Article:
There has been Christian worship in this location since Osric, an Anglo-Saxon prince founded a religious house in 678-9 A.D. It is believed a Benedictine order was founded here in the 11th C. At the time of the Norman Conquest, the monastery was not flourishing but in 1072, William the Conqueror appointed a monk from Mont St. Michel in Normandy named Serlo who energetically raised enough money to build the splendid church we see today starting in 1089.
Gloucester Abbey had extensive landholdings in Gloucestershire and South Wales and many royal connections. In 1216, King Henry III was crowned in the church. In 1327, King Edward II died under suspicious circumstances in Berkeley Castle. He was buried in the Abbey with an elaborate shrine. Popular devotion to King Edward II led to royal patronage and funds, allowing the Cathedral to be extensively remodeled. There was to be further remodeling in the 15th C.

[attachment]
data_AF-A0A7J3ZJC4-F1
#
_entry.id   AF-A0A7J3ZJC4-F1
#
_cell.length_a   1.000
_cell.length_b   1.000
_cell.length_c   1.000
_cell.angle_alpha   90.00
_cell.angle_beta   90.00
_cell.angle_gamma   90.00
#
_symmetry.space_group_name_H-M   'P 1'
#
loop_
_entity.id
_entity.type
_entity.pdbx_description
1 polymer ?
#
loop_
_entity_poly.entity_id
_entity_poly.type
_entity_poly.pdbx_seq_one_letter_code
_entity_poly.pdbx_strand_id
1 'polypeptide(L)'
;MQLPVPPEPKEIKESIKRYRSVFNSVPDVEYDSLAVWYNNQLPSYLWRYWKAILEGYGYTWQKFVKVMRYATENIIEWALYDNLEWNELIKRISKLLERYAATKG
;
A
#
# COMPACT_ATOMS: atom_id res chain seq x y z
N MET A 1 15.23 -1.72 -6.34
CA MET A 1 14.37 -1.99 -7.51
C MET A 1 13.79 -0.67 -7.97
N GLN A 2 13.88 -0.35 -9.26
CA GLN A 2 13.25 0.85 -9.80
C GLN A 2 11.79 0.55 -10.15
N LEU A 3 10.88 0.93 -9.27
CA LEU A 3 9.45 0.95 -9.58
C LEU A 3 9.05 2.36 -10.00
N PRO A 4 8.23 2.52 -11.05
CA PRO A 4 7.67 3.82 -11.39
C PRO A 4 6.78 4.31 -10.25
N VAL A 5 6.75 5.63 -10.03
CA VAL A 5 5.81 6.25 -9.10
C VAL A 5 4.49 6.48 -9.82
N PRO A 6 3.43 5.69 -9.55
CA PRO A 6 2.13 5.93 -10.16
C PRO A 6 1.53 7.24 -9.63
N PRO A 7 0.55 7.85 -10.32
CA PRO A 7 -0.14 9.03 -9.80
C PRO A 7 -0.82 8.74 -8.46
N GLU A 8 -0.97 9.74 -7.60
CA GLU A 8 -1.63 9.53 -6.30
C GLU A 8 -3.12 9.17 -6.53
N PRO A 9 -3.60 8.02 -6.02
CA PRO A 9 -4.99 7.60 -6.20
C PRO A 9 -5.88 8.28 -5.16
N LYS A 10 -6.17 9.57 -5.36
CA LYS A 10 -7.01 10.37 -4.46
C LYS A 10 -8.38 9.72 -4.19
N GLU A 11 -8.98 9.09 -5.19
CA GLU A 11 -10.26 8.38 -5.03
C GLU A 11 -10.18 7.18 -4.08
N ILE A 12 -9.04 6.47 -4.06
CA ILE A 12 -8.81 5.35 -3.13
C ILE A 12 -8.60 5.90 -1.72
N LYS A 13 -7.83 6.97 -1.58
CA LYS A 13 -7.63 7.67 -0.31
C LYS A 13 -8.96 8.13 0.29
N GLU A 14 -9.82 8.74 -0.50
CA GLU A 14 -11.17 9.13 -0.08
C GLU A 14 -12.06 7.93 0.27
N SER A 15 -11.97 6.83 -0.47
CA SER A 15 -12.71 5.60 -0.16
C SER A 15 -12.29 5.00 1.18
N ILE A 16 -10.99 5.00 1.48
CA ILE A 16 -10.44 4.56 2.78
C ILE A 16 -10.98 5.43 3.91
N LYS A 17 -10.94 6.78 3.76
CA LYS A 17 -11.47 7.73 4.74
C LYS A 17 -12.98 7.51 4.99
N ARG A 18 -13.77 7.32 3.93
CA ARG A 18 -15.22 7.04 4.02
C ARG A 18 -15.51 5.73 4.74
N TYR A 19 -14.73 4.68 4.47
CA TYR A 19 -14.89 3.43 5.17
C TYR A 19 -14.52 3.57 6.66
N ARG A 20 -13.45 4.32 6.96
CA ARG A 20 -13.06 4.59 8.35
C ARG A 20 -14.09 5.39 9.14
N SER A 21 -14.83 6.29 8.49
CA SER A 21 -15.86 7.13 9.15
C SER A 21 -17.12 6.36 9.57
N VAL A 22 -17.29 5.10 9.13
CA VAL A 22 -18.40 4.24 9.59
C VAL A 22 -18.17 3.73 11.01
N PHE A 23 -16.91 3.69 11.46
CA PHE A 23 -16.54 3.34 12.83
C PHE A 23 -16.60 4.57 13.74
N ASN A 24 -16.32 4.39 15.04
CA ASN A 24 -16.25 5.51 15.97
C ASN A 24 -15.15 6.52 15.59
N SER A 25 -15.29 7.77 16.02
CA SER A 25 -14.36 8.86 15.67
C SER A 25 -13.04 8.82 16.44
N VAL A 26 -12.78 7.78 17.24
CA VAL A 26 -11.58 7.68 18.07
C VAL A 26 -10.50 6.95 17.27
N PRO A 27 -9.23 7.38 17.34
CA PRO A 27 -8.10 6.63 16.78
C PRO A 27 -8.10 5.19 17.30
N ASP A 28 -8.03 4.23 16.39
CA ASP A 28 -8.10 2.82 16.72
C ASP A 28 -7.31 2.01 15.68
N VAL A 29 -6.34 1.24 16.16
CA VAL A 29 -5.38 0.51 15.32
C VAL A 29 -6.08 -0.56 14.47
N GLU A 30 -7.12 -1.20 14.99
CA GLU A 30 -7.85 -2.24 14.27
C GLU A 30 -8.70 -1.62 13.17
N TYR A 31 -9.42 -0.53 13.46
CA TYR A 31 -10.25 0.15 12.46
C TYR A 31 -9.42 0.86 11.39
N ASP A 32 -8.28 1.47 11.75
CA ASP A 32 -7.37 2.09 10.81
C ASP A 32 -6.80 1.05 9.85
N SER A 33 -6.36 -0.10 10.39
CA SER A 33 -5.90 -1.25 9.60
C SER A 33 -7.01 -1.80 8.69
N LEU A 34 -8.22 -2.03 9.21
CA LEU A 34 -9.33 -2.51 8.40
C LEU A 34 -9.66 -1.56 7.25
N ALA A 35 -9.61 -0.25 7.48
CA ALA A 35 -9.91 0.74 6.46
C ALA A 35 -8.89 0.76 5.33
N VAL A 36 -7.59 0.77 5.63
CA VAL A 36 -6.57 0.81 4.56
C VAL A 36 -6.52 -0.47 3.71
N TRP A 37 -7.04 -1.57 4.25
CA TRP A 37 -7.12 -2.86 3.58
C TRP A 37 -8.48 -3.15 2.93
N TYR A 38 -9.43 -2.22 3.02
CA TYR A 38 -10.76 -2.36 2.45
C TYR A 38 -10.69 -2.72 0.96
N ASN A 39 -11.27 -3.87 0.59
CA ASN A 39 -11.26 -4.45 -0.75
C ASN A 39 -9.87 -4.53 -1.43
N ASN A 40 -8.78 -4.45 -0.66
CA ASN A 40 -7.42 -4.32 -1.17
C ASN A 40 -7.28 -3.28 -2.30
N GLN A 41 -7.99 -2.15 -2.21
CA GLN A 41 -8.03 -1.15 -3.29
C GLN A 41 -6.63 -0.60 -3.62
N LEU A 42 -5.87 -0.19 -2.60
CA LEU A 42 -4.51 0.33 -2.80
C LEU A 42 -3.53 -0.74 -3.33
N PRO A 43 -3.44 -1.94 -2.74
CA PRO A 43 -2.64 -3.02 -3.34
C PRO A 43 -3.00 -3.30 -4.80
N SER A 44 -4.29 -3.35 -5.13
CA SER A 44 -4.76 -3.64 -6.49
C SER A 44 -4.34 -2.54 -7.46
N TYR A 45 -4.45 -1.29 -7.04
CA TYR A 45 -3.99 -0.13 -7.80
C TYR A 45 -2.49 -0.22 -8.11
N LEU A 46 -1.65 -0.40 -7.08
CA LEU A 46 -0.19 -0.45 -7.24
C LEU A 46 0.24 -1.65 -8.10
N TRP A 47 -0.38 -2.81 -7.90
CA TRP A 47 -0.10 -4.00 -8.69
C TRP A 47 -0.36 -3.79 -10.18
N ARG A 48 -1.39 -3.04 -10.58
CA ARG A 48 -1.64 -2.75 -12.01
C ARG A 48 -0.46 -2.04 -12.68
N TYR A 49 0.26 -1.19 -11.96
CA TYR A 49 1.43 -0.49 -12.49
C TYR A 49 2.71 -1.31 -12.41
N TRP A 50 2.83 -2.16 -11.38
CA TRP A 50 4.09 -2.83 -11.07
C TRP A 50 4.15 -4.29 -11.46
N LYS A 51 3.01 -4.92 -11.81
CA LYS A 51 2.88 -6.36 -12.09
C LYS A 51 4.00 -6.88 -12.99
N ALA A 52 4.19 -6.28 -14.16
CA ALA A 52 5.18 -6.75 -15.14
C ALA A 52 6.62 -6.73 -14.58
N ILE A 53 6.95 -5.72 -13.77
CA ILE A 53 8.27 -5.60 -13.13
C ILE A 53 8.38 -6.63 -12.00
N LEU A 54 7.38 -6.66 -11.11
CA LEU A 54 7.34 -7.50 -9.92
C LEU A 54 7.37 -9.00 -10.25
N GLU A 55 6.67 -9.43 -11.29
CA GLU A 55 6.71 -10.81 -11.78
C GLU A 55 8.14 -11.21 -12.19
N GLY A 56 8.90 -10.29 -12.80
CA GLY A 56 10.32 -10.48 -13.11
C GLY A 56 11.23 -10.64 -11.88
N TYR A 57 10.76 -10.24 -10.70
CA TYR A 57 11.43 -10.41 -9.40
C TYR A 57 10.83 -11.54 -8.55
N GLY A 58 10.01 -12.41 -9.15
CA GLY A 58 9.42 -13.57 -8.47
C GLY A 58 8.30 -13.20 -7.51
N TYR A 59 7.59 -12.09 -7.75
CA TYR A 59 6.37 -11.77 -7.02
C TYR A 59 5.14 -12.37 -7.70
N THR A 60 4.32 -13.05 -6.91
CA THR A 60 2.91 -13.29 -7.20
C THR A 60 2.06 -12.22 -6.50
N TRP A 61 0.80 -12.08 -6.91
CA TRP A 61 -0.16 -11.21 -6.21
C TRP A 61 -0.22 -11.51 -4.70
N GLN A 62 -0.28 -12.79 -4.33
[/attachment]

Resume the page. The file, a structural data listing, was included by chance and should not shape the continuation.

King Henry VIII began the Dissolution of the Monasteries in January 1540. The Abbey became Gloucester Cathedral and was no longer a community of monks. In 1555, Bishop Hooper was burned at the stake here. Under Oliver Cromwell, the Cathedral came under consideration for demolition but the Mayor and burgesses of the City of Gloucester intervened and saved the building. After the restoration of the Monarchy, the building has been conserved and renovated through the centuries.